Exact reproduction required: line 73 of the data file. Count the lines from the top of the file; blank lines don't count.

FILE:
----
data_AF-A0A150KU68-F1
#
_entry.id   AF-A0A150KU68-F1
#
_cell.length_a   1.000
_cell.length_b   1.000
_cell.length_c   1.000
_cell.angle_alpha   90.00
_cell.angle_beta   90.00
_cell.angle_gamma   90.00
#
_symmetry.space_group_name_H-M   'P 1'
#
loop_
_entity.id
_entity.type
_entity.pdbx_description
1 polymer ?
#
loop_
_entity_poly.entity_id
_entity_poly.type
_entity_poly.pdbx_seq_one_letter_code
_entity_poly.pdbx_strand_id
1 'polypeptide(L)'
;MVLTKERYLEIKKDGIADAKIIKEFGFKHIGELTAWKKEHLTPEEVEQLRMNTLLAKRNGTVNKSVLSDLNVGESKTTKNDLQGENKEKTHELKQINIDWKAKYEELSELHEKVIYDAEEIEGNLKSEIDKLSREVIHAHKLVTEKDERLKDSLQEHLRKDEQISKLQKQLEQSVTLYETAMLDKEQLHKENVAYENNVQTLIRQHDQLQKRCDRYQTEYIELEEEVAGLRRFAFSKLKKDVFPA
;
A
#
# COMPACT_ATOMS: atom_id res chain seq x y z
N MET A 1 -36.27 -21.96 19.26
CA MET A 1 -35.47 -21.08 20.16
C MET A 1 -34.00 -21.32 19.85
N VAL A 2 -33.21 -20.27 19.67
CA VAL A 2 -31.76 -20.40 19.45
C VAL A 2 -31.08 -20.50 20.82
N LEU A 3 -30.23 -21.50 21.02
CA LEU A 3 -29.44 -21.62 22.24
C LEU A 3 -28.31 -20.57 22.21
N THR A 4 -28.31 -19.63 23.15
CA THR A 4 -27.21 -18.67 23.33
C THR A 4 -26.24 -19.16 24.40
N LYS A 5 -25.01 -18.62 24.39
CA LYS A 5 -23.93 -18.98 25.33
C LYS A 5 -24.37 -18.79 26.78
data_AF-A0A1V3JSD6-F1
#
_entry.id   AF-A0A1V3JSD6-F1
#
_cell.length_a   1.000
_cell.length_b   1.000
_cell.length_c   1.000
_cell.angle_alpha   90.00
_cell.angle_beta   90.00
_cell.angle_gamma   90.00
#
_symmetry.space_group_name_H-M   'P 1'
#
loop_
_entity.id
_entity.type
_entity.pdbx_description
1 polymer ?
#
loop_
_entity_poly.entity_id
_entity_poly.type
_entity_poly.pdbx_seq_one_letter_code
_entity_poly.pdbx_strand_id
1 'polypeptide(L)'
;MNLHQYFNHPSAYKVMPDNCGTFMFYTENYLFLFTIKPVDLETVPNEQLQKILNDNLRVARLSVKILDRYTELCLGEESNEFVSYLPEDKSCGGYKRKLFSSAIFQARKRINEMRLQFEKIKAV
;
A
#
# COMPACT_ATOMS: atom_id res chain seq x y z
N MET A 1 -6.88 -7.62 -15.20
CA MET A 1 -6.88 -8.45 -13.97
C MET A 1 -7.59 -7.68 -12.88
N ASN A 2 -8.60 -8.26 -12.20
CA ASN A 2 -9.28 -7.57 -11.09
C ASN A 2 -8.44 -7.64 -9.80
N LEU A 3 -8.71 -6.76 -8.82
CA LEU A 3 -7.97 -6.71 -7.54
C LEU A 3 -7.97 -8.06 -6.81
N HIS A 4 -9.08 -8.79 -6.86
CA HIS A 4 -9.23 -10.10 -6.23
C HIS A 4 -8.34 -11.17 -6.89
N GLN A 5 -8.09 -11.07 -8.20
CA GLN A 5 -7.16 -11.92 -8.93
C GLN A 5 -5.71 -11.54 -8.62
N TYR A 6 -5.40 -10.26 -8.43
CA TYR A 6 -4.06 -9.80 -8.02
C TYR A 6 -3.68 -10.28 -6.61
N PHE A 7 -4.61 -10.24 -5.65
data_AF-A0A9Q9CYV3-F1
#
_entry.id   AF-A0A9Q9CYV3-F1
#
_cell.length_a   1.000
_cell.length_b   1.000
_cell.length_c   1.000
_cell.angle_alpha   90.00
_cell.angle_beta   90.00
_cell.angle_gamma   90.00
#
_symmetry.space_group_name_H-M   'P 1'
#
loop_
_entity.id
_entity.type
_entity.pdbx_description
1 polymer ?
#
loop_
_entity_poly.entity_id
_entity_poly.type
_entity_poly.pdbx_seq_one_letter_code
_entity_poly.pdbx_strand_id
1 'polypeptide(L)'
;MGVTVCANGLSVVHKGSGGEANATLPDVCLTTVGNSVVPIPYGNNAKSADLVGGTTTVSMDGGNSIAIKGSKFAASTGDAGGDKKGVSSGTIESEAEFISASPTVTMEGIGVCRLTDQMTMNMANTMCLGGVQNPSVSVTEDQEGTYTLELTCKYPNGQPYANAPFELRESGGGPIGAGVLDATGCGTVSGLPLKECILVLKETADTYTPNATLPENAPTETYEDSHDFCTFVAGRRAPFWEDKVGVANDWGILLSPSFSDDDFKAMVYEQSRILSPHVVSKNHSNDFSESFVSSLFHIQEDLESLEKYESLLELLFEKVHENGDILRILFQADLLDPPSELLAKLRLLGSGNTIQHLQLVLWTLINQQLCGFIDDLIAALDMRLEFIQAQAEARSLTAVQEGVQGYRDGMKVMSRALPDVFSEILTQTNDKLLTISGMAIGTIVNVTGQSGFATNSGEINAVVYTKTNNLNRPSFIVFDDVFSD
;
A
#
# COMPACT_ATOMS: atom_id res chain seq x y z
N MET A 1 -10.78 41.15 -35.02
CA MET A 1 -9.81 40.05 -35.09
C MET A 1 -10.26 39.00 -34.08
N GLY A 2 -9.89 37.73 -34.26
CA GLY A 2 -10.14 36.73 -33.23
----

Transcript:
A